Monday, January 5, 2015

Standing on the edge of history, Alabama fell off

clip_image001On January 1 in the Sugar Bowl, Alabama fell off the cliff. Slipped into the Dark Side. Blew it.

Wile E. Coyote style.

You may recall this post from December, in which I explained how the Crimson Tide could make history while sticking a thumb in the eye of the talking heads who were incensed over Alabama’s rematch against LSU a coupla years ago.

You might also remember this post from November, where I expressed discomfort over Alabama’s apparent attempts to match speed and tempo of teams that play basketball on grass.

But my discomfort actually goes all the way back to January 2014, where I first lamented the exasperating tendency of trying the up-tempo style against teams that are designed for it.’s Senior Editor JessN picks up on what happens when a team tries to do what it was never recruited or designed to do:

4. Offensive playcalling got too cute by half. Alabama fell in love with the pass early, likely because defensive scouting told the coaches to do it. Ohio State’s presumed defensive soft spot was a secondary that was short on experience, albeit long on turnover-forcing ability. Alabama got to see too much of the latter. Alabama never tried Tyren Jones at running back, and didn’t use T.J. Yeldon enough even though he appeared reasonably healthy. Derrick Henry only got 13 carries. As talked about in the preview, OSU DE Steve Miller was extremely vulnerable to the run and Alabama had good success going at him, but Kiffin didn’t do it enough. And when Blake Sims did make a mistake throwing the football, Ohio State made him pay, unlike so many other teams before. …

5. Turnovers again come up big. It was touched on above, but this was the season’s real pink elephant and it showed up again in the Sugar Bowl. Blake Sims was picked off three times and the second one was arguably even more damaging than the first, which went for an Ohio State defensive touchdown. Alabama finished the season on the wrong side of the turnover margin, which speaks both to the more chance-taking nature of Kiffin’s offense and the inability of the defense to force turnovers, particularly in the passing game. Cyrus Jones also missed the ability to possibly pick-six Cardale Jones but dropped the pass. For 2015, Alabama has to figure out what went wrong here in 2014, on both sides, and fix both.

When Blake Sims got rattled, he either made a play with his feet, or he tossed an interception. It seemed that there was no willingness to simply throw the ball away, something QB’s have been doing since the inception of the forward pass. I appreciate his competitive spirit and desire to make something out of nothing, but sometimes, you just have to give up on a play and try again.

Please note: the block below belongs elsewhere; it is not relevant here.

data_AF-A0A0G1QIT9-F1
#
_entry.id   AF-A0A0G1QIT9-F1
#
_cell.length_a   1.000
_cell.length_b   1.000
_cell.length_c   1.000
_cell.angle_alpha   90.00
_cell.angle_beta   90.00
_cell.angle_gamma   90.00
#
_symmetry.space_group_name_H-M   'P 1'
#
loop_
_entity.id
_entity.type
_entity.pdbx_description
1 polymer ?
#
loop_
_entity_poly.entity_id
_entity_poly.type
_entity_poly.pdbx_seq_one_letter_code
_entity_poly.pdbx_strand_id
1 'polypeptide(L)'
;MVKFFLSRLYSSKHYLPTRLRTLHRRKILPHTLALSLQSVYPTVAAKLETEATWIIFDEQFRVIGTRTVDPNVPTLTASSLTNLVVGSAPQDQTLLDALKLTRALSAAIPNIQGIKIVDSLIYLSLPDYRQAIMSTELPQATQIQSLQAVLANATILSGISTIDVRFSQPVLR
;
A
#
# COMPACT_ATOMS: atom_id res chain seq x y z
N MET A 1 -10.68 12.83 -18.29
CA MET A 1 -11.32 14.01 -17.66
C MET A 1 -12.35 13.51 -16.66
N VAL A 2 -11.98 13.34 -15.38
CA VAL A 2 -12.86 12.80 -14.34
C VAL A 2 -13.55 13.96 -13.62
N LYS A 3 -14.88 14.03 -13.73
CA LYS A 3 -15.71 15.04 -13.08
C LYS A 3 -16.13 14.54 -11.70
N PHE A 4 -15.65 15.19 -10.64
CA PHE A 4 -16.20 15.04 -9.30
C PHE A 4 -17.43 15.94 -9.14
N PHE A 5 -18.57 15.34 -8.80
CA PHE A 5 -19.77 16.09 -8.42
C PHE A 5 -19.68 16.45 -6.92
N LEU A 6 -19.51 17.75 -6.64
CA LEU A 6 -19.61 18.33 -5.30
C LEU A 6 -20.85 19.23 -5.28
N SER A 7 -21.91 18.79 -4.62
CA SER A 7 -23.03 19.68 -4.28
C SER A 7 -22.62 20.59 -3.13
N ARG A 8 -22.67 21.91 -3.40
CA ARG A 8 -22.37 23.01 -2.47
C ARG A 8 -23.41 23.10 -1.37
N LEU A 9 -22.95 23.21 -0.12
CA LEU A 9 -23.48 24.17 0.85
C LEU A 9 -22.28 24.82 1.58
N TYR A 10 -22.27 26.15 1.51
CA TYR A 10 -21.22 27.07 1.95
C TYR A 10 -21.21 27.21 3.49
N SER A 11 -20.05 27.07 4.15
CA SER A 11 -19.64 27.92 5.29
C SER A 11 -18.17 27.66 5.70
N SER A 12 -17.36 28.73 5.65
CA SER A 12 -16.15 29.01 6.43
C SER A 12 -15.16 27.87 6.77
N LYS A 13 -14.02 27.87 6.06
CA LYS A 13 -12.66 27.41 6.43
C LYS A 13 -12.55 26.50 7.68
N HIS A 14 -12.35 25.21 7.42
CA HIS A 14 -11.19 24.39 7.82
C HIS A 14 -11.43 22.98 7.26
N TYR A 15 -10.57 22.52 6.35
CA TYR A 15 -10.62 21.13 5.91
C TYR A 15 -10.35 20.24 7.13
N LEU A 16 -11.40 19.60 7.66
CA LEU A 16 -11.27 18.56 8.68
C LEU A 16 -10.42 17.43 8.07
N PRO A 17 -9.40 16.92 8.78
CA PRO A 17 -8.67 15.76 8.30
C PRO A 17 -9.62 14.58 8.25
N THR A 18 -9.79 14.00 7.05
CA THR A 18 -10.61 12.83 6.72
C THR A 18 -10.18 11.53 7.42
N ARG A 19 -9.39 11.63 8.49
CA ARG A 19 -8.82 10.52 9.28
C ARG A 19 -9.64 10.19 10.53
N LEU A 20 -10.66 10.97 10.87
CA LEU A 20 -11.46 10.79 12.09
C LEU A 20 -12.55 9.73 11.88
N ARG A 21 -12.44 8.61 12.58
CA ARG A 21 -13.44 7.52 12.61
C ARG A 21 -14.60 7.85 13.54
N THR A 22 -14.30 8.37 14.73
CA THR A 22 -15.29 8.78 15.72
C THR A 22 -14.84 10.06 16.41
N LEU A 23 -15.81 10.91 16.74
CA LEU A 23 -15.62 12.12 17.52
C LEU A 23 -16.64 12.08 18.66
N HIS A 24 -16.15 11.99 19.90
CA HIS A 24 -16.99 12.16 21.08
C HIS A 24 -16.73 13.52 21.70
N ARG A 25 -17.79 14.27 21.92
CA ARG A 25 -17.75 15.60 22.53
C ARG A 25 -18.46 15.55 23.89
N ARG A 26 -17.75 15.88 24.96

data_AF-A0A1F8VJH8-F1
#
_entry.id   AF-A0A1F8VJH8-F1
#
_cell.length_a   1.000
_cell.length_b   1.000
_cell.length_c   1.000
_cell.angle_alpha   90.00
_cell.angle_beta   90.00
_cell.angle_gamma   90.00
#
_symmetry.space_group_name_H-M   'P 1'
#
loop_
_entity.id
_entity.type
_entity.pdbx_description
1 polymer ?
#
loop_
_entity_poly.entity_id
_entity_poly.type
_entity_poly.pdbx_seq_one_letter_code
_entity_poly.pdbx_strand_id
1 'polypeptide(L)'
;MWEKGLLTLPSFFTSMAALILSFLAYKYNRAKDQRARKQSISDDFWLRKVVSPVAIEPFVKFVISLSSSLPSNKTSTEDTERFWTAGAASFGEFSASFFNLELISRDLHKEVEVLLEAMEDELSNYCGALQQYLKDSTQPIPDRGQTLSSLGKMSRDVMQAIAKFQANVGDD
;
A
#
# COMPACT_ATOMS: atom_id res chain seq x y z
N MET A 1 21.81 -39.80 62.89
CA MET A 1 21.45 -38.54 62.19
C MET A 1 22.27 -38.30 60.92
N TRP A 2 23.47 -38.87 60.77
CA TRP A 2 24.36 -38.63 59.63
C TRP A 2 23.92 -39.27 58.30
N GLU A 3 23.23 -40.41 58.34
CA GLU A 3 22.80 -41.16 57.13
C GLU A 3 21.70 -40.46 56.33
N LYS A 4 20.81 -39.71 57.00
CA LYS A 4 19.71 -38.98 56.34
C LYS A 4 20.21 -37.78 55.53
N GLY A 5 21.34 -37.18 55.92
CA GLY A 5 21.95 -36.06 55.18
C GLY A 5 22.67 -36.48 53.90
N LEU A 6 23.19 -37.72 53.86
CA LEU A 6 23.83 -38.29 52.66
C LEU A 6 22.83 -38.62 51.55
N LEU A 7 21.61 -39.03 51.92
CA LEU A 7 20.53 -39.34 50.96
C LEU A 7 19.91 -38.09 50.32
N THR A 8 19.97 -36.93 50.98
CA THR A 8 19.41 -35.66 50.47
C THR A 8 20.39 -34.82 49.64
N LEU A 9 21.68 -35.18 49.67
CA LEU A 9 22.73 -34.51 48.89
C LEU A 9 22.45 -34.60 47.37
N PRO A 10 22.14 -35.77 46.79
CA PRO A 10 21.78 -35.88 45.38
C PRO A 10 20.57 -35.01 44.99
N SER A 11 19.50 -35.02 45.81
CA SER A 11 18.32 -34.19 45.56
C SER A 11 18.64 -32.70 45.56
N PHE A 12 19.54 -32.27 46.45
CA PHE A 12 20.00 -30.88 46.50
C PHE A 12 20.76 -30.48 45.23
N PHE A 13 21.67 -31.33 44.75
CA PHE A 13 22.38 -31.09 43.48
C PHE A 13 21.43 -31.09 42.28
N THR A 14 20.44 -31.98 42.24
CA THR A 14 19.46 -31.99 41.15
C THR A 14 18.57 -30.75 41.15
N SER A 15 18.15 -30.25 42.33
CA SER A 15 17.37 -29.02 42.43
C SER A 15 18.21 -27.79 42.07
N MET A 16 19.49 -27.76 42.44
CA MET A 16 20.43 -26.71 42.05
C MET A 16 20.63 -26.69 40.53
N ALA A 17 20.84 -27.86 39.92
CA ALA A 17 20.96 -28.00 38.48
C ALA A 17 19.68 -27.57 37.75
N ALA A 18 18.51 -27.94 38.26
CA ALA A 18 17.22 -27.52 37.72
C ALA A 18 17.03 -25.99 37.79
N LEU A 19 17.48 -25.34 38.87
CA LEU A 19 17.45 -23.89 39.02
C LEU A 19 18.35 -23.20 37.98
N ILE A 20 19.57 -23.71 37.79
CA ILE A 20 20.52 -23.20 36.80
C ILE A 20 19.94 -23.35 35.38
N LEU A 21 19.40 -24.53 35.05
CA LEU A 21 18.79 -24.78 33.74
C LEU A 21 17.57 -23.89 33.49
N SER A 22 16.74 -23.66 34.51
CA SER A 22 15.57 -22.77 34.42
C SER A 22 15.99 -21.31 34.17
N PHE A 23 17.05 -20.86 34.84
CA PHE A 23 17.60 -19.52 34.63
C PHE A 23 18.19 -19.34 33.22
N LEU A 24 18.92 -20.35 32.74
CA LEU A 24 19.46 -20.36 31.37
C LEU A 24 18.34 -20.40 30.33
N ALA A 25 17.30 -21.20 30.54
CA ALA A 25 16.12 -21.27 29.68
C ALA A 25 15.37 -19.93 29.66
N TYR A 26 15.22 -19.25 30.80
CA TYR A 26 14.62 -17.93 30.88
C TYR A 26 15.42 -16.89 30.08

But you don’t do that 10 seconds after the ball is set and the down marker is flipped. Jess is right—the playcalling was too cute and it was costly. He also correctly points out that some of our most effective offensive weapons watched much of the game from the sidelines. How does Derrick “The Hammer” Henry only get 13 carries? Why is TJ Yeldon watching?

Mark Ingram and Trent Richardson must have been watching that game, shaking their heads in some truly sore WTF moments.

Another point along my line of thinking that this is not Alabama Football: Against Auburn in the Iron Bowl, Alabama had a time of possession of 26:06 versus Auburn’s 33:54. Against Mizzou in the SECCG, it was 23:17 to 36:43. And against Ohio State, it was 28:14 to 31:19. Those numbers mean something—and what they mean to me is that slowing down and playing smashmouth football produces more wins than not. We went 2-1 in those games, but I’m not comfortable seeing my team’s offense on the sidelines more than the other team’s offense. That’s… well… just not right.

Jess however is right—changes need to be made, and my opinion is that the changes need to include a serious examination of what has made Alabama such a dominant program in the conference and in the country, and see if that style of play can be implemented as successfully as it was beginning with Saban’s first step on the campus in Tuscaloosa.

As far as I’m concerned, Alabama had a great season. Blake Sims  turned out much better than many people expected. Amari Cooper deserved the invitation to New York. Landon Collins proved equal to the hype. Lane Kiffin turned out to be a gifted—even if aggressive—playcaller and QB coach.

In 2014, the Tide got yet another SEC Title and had yet another shot at the Crystal. We’ve got a great team coming back in 2015 by any measure.

But it could have been better, and it could have been historic.


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